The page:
Seyfarth Synopsis: On August 13, 2018, President Trump signed into law the Foreign Investment Risk Review Modernization Act of 2018 (the “Act”), (i) expanding the scope of transactions which the Committee of Foreign Investment in the United States (“CFIUS”) is tasked with reviewing and (ii) providing for mandatory notice to CFIUS of certain transactions by the participants.

CFIUS has long reviewed acquisitions of United States industry for their impacts on national security,1 advising the President of its conclusions regarding the same. The President then had authority to block proposed transactions or order divestiture of completed transactions, in each case if the transaction was determined to be harmful to national security.2

Traditionally, CFIUS’ focus has been on maintaining the United States’ industrial base and technologies critical to national security. In more recent years, CFIUS has ventured also into reviewing foreign transactions which threaten to compromise the safeguarding of information critical to national security. Within that framework, the historical focus has been investments in United States businesses involving infrastructure or technologies critical to national security.

The Act expands the transactions open to CFIUS review. “Covered” transactions now include:

1. the purchase or lease by a foreign person of private or public real estate in the United States that is:

(i) located within, or will function as part of, an air or maritime port, or

(ii) is in close proximity to a military installation or other government facility that is sensitive for reasons of national security,

(iii) could reasonably provide foreign persons the ability to collect intelligence on activities being conducted at nearby facilities, or

(iv) could expose national security activities at nearby facilities; and

2. any investment in a United States business maintaining or collecting sensitive personal data of United States citizens that might be used to threaten national security.3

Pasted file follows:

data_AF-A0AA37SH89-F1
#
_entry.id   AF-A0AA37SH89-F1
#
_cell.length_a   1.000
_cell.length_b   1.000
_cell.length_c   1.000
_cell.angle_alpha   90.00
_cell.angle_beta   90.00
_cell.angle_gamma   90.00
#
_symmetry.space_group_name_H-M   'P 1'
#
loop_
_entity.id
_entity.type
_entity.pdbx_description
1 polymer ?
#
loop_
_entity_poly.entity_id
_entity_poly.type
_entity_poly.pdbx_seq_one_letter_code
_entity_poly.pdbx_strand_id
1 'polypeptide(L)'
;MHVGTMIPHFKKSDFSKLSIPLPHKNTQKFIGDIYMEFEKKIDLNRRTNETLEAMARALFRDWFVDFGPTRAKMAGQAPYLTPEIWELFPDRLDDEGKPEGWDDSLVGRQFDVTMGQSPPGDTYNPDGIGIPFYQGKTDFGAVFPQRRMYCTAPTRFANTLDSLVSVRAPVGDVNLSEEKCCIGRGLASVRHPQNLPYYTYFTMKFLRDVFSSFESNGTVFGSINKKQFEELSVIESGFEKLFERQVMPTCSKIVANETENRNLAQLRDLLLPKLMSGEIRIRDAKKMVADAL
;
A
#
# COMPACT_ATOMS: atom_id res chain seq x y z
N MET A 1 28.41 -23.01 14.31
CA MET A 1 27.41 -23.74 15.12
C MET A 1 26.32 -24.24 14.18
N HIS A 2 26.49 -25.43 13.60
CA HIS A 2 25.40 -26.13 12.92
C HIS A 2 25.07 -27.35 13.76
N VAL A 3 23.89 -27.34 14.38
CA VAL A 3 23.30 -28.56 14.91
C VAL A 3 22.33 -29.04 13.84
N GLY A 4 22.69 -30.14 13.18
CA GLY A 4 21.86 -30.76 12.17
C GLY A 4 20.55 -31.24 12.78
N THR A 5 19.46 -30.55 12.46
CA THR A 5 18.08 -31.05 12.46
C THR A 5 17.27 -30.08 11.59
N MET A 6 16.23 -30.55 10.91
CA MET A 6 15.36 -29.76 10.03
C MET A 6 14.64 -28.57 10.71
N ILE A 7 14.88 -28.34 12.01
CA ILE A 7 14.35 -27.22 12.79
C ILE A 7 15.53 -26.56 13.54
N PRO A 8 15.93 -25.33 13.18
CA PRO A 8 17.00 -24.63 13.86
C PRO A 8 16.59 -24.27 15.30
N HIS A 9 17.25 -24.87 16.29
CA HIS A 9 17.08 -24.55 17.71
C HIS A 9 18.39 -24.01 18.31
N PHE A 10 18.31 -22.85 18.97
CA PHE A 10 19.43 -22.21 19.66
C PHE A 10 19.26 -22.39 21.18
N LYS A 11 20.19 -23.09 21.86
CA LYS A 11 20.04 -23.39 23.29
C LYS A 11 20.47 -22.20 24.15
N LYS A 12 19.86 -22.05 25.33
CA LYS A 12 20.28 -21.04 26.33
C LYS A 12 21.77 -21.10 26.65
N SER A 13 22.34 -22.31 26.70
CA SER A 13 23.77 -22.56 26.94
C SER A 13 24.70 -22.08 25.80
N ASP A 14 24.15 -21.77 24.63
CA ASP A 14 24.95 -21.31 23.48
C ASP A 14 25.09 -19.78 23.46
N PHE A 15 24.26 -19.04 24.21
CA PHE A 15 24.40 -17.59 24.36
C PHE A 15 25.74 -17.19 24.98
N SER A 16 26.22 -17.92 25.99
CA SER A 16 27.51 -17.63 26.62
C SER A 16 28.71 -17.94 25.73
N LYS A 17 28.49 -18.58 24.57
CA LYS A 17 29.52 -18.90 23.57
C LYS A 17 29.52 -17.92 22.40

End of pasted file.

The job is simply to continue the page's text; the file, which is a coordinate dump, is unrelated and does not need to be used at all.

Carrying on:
The Act expressly excludes from the list of covered transactions (i) real estate consisting of single family housing units, and (ii) real estate located in urbanized areas.4

In another significant move, the Act authorizes CFIUS to issue regulations identifying transactions of which the parties will be required to notify CFIUS.5 Traditionally, CFIUS has relied on the parties to a transaction to advise CFIUS voluntarily of the transaction. While it has been common practice for the parties to an acquisition by foreign persons of United States companies implicating national security to notify CFIUS of the transaction, there was no requirement that they do so. The risk was that if the transaction was covered by CFIUS, the acquiring party could be required to divest and/or face fines and other sanctions.

Tempering the required notice provisions, the Act also authorizes CFIUS to issue regulations providing for notice via “declaration” for select transactions.6 The “declaration” requires the submission of certain information regarding the transaction. It is, however, significantly less information than CFIUS traditionally has required for notifications. CFIUS is to issue regulations identifying the transactions which will be subject to the abbreviated declaration process.7

The Act also makes a number of other changes - largely procedural - to CFIUS process for reviewing transactions.

Key Takeaways:

1. If you are selling or leasing property to (i) a non-U.S. entity, or (ii) an entity owned or controlled by a foreign entity or government, check to see if the property falls into one of the categories set out in Paragraph 1, above. If so, a filing with CFIUS may be required.

2. If you are a landlord or property manager owned or controlled by a non-U.S. entity, does the rental application you receive contain sensitive personal information that might be used to threaten national security (for example, is the applicant is a government entity or a government contractor)? If so, a filing with CFIUS may be required.

3. If a filing is required, you need to determine whether a full CFIUS filing or merely a declaration is required.

4. If a CFIUS submission is required, this could delay the timing of your transaction by up to 90 days (in rare cases more).

5. Regulations have yet to be promulgated, so stay tuned for further developments.

6. Note that the exclusions of single family housing units and real estate located in urbanized areas may not exempt all foreign acquisitions of such properties. CFIUS retains jurisdiction over any acquisition which may impair national security. Also, laws other than those related to CFIUS (for example those controlling access to classified facilities) may subject acquisitions of these properties to review.